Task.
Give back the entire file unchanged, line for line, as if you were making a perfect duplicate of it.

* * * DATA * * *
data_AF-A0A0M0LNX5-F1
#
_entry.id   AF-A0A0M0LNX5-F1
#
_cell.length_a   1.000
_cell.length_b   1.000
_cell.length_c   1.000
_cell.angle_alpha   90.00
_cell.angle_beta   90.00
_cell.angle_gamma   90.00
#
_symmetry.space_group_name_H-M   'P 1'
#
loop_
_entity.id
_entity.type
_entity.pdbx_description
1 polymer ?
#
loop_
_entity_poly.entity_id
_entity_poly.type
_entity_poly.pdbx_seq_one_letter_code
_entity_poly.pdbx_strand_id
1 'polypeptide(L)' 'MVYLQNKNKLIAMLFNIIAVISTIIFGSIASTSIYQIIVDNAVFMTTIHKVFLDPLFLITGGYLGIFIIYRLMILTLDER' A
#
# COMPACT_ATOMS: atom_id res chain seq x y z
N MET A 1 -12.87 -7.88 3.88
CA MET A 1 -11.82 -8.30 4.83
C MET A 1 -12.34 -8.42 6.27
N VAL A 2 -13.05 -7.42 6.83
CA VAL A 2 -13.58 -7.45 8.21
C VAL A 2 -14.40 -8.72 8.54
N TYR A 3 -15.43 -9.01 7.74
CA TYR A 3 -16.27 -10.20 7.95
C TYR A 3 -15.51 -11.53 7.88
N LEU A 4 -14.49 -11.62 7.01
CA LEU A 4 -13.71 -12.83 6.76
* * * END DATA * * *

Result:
data_AF-A0A0M0LNX5-F1
#
_entry.id   AF-A0A0M0LNX5-F1
#
_cell.length_a   1.000
_cell.length_b   1.000
_cell.length_c   1.000
_cell.angle_alpha   90.00
_cell.angle_beta   90.00
_cell.angle_gamma   90.00
#
_symmetry.space_group_name_H-M   'P 1'
#
loop_
_entity.id
_entity.type
_entity.pdbx_description
1 polymer ?
#
loop_
_entity_poly.entity_id
_entity_poly.type
_entity_poly.pdbx_seq_one_letter_code
_entity_poly.pdbx_strand_id
1 'polypeptide(L)' 'MVYLQNKNKLIAMLFNIIAVISTIIFGSIASTSIYQIIVDNAVFMTTIHKVFLDPLFLITGGYLGIFIIYRLMILTLDER' A
#
# COMPACT_ATOMS: atom_id res chain seq x y z
N MET A 1 -12.87 -7.88 3.88
CA MET A 1 -11.82 -8.30 4.83
C MET A 1 -12.34 -8.42 6.27
N VAL A 2 -13.05 -7.42 6.83
CA VAL A 2 -13.58 -7.45 8.21
C VAL A 2 -14.40 -8.72 8.54
N TYR A 3 -15.43 -9.01 7.74
CA TYR A 3 -16.27 -10.20 7.95
C TYR A 3 -15.51 -11.53 7.88
N LEU A 4 -14.49 -11.62 7.01
CA LEU A 4 -13.71 -12.83 6.76